Conclusions and Relevance
This work indicates that mutations in the tRNA synthetase AARS2 gene cause a recessive form of ALSP. The CSF1R and AARS2 proteins have different cellular functions but overlap in a final common pathway of neurodegeneration. This work points to novel targets for research and will lead to improved diagnostic rates in patients with adult-onset leukoencephalopathy.
Adult-onset genetic leukoencephalopathies comprise a diverse group of degenerative white matter disorders with an ever-increasing number of associated genes.1 Most patients present with a variable phenotype of cognitive decline, neuropsychiatric disturbance, and pyramidal and extrapyramidal signs. The often-overlapping symptoms and frequently similar magnetic resonance imaging (MRI) patterns mean that, even with systematic testing, one-third of patients do not receive a genetic diagnosis.2 In addition, the cost of comprehensive metabolic and genetic screening may be prohibitive in many health care settings. Despite these factors, definitive genetic diagnosis is the only way that patients can be given appropriate genetic counseling or a relatively accurate prognosis.
Adult-onset leukoencephalopathy with axonal spheroids and pigmented glia (ALSP) is the most frequent adult-onset leukodystrophy and is caused by autosomal dominant mutations in the CSF1R (colony-stimulating factor 1) gene (OMIM: 164770).3 The clinical and pathologic features of ALSP are well defined4-6; however, several apparently typical cases have been shown7 not to possess CSF1R mutations.
Alanyl-transfer (t)RNA synthetase 2 (AARS2) is a gene (OMIM: 612035) encoding the tRNA synthetase responsible for loading alanine (ala) onto tRNA-ala during mitochondrial translation. In 2011, the first association of AARS2 mutations and human disease was published,8 when 3 patients with fatal infantile cardiomyopathy were described with autosomal recessive mutations in the gene. Later, Dallabona et al9 described 6 patients with ovarioleukodystrophy who were found to have AARS2 mutations by whole-exome sequencing. The MRI appearance was nonspecific and consisted of signal abnormality in the frontal, parietal, and periventricular white matter with involvement of the corpus callosum and patchy areas of restricted diffusion on diffusion-weighted imaging. No brain tissue was available for pathologic examination in any AARS2 cases.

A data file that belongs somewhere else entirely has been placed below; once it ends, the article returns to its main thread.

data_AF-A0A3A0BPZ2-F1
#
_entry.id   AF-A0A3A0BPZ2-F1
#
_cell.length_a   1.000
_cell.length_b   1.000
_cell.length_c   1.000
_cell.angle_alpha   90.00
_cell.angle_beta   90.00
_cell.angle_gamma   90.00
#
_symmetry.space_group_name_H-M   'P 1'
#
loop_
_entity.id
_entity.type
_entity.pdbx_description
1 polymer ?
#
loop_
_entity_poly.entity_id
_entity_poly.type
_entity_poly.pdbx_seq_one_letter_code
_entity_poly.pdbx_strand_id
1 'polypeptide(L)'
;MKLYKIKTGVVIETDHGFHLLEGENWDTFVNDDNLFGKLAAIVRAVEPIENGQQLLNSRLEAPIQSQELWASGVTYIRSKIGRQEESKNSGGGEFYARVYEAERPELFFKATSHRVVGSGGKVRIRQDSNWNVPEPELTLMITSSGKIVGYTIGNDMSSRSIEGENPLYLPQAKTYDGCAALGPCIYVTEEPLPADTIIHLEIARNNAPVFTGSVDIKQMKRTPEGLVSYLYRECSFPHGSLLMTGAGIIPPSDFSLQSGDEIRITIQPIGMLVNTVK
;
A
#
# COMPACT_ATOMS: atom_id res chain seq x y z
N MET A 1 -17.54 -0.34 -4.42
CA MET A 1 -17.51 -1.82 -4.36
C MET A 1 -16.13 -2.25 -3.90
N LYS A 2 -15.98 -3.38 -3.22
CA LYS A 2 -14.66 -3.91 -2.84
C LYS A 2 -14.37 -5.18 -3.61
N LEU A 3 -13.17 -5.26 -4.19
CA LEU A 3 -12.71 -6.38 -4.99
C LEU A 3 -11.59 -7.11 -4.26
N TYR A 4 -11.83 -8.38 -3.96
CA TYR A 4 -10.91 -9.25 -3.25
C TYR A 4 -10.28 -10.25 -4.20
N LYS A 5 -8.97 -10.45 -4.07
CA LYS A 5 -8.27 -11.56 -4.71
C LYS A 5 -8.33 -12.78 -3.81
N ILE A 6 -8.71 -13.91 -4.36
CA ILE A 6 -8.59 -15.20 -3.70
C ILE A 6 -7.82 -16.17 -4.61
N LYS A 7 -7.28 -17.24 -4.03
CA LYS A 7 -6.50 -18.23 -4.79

In this study, we describe 5 patients with an adult-onset phenotype typical of ALSP who were found to carry compound heterozygous or homozygous mutations in AARS2. Of these patients, 4 were men (80%); mean age at onset of ALSP was 29 years (range, 15-44 years). In addition, we describe, for what we believe to be the first time, the central nervous system pathologic features of AARS2-related leukoencephalopathy in which frequent axonal spheroids and pigmented microglia were seen. We provide an explanation for several patients with CSF1R-negative ALSP, particularly those with apparently sporadic onset, in whom recessive AARS2 mutations should be suspected.